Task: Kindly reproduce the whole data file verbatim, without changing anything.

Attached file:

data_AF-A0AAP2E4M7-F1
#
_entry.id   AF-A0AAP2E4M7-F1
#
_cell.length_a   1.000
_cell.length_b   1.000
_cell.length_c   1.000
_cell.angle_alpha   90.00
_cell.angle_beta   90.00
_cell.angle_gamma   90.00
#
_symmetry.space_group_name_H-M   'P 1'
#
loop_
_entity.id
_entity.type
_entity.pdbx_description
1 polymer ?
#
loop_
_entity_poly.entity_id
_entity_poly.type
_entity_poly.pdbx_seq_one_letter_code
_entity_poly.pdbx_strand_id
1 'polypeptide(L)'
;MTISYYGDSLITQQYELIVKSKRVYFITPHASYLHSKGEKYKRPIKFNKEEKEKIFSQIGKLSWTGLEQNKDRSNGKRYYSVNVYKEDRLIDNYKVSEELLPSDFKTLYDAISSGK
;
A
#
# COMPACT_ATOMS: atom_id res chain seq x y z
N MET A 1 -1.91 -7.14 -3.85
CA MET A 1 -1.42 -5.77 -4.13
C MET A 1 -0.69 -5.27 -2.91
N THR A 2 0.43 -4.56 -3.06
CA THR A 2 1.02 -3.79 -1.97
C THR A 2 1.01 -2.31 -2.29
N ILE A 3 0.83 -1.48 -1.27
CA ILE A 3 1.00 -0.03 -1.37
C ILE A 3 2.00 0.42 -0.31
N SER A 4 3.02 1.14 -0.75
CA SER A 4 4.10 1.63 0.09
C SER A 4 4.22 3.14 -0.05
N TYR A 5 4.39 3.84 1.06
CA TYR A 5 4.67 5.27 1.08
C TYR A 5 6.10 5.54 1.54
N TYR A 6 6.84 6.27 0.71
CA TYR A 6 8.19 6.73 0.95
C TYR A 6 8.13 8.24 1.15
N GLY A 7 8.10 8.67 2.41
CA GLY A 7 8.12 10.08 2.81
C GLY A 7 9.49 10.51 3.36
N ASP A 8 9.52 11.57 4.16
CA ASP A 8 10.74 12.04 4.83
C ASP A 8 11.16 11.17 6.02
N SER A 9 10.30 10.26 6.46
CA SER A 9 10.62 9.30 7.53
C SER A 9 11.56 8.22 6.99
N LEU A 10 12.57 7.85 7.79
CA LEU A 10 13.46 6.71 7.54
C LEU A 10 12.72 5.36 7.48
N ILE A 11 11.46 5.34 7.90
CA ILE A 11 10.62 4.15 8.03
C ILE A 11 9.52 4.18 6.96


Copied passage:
data_AF-A0AAP2E4M7-F1
#
_entry.id   AF-A0AAP2E4M7-F1
#
_cell.length_a   1.000
_cell.length_b   1.000
_cell.length_c   1.000
_cell.angle_alpha   90.00
_cell.angle_beta   90.00
_cell.angle_gamma   90.00
#
_symmetry.space_group_name_H-M   'P 1'
#
loop_
_entity.id
_entity.type
_entity.pdbx_description
1 polymer ?
#
loop_
_entity_poly.entity_id
_entity_poly.type
_entity_poly.pdbx_seq_one_letter_code
_entity_poly.pdbx_strand_id
1 'polypeptide(L)'
;MTISYYGDSLITQQYELIVKSKRVYFITPHASYLHSKGEKYKRPIKFNKEEKEKIFSQIGKLSWTGLEQNKDRSNGKRYYSVNVYKEDRLIDNYKVSEELLPSDFKTLYDAISSGK
;
A
#
# COMPACT_ATOMS: atom_id res chain seq x y z
N MET A 1 -1.91 -7.14 -3.85
CA MET A 1 -1.42 -5.77 -4.13
C MET A 1 -0.69 -5.27 -2.91
N THR A 2 0.43 -4.56 -3.06
CA THR A 2 1.02 -3.79 -1.97
C THR A 2 1.01 -2.31 -2.29
N ILE A 3 0.83 -1.48 -1.27
CA ILE A 3 1.00 -0.03 -1.37
C ILE A 3 2.00 0.42 -0.31
N SER A 4 3.02 1.14 -0.75
CA SER A 4 4.10 1.63 0.09
C SER A 4 4.22 3.14 -0.05
N TYR A 5 4.39 3.84 1.06
CA TYR A 5 4.67 5.27 1.08
C TYR A 5 6.10 5.54 1.54
N TYR A 6 6.84 6.27 0.71
CA TYR A 6 8.19 6.73 0.95
C TYR A 6 8.13 8.24 1.15
N GLY A 7 8.10 8.67 2.41
CA GLY A 7 8.12 10.08 2.81
C GLY A 7 9.49 10.51 3.36
N ASP A 8 9.52 11.57 4.16
CA ASP A 8 10.74 12.04 4.83
C ASP A 8 11.16 11.17 6.02
N SER A 9 10.30 10.26 6.46
CA SER A 9 10.62 9.30 7.53
C SER A 9 11.56 8.22 6.99
N LEU A 10 12.57 7.85 7.79
CA LEU A 10 13.46 6.71 7.54
C LEU A 10 12.72 5.36 7.48
N ILE A 11 11.46 5.34 7.90
CA ILE A 11 10.62 4.15 8.03
C ILE A 11 9.52 4.18 6.96